From 1 September 2020, Google started hiding more search term data from its Google Ads advertisers for queries that didn’t have a “significant” number of clicks.
This means that if you look at your search term reports from September, you’re very likely to see significantly less useful data in there about the terms that Google is actually showing your ads for.
What does this mean for advertisers?
Unfortunately this is really bad news, as now, not only is Google giving advertisers less control over the terms their ads appear for, as the match types are very different from what they once were, but Google is also hiding what it shows their ads for.
Back in 2017 I wrote about how exact match no longer actually means exact match and asked then “what will Google do next?” and here we are…
Exact match no longer means exact match. Before the user had to enter the exact phrase that was placed inside those square brackets, but now Google can show it for terms that are close variants, reworded, reordered and can also ignore function words:
How can it still be called exact match? I don’t know.
This is also the case for the other match types too though, so not only is Google giving advertisers less control over what their ads appear for, it’s then taking away some of the transparency and sharing less about what terms it has shown them for.
Here are the new definitions of what the match types mean and some examples:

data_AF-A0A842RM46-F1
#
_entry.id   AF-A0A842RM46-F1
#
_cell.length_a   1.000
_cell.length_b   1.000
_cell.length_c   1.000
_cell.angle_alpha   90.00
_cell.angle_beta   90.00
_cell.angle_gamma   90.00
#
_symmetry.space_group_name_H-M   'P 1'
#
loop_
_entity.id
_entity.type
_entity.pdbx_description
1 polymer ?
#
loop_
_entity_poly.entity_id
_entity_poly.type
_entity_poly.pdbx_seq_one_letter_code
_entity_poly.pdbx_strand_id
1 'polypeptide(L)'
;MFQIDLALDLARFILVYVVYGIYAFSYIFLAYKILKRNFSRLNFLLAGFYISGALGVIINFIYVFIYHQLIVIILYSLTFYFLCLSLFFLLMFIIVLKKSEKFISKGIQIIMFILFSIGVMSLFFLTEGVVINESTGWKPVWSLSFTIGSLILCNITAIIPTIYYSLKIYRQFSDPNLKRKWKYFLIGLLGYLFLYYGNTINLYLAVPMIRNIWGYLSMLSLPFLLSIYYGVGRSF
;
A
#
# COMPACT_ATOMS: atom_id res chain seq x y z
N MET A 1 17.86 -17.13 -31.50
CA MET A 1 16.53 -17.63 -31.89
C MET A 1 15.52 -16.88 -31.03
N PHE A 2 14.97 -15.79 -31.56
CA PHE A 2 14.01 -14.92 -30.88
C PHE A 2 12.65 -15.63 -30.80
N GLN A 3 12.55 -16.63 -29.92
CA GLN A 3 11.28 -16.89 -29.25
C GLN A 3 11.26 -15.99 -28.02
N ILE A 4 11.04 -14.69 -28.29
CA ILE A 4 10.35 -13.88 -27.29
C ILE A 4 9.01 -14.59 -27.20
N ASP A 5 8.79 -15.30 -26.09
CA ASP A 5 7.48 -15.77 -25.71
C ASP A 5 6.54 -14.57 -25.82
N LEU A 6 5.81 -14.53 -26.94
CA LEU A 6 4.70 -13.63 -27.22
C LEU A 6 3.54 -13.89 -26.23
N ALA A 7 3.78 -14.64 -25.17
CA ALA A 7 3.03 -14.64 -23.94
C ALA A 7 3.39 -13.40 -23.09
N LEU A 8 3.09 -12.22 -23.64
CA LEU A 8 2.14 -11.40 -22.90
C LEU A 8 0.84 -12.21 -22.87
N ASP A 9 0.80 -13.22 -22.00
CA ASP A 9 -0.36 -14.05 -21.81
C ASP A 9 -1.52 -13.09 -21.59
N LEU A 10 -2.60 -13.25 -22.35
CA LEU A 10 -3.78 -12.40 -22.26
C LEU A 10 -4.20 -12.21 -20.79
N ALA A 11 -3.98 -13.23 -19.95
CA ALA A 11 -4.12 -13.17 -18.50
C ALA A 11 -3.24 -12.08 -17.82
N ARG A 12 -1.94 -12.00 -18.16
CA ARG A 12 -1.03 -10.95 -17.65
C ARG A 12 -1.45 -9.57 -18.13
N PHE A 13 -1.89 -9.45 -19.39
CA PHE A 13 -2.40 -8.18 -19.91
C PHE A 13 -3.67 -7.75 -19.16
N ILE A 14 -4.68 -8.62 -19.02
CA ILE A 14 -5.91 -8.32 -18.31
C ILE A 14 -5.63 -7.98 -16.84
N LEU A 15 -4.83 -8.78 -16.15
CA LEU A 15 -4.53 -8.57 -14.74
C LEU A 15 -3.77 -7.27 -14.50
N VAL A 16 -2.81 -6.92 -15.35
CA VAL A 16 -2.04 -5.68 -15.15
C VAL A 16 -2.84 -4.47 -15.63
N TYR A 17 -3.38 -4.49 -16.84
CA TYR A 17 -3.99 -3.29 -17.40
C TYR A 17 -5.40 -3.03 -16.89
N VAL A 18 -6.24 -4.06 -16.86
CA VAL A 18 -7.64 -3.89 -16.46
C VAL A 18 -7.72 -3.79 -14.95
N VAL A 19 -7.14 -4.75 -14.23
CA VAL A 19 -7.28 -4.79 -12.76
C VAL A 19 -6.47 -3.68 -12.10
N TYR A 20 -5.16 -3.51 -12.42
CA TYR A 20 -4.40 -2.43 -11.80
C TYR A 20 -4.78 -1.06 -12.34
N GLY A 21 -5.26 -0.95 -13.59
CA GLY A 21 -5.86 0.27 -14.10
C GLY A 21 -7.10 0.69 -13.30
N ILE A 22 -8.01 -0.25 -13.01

For smaller budget advertisers, where every click counts, or niche advertisers that struggle to get Google to show their ads for terms that are truly relevant, that rely on the search term reports to provide them with negative keywords suggestions, this is bad news.
How much data have we lost?
I’ve had a look at some of the top clicked accounts in our MCC and compared August 2020 to September 2020, and unfortunately the results are rather alarming. One account saw search terms reported go from 99% in August 2020 to 56% in September. On average the drop was 99% in August 2020 to 84% in September 2020, and that drop was more severe for accounts that did not contain brand terms*.
*Please note that this data was from a small sample of accounts.
This is what Google has to say about the matter:
“In order to maintain our standards of privacy and strengthen our protections around user data, we have made changes to our Search Terms Report to only include terms that a significant number of users searched for. We’re continuing to invest in new and efficient ways to share insights that enable advertisers to make critical business decisions.” – Google statement
Text ads could be going too
This is not the only big change advertisers have seen this month as some have also noticed the option to create a text ad disappear from their Google Ads interfaces:
Apparently this is something Google is testing and is not something that appears in every account, but when looking to see if it was applicable to any of our accounts I saw the following message:
Looks like text ads are going to be the next thing to go, and it’s probably a case of when, rather than if.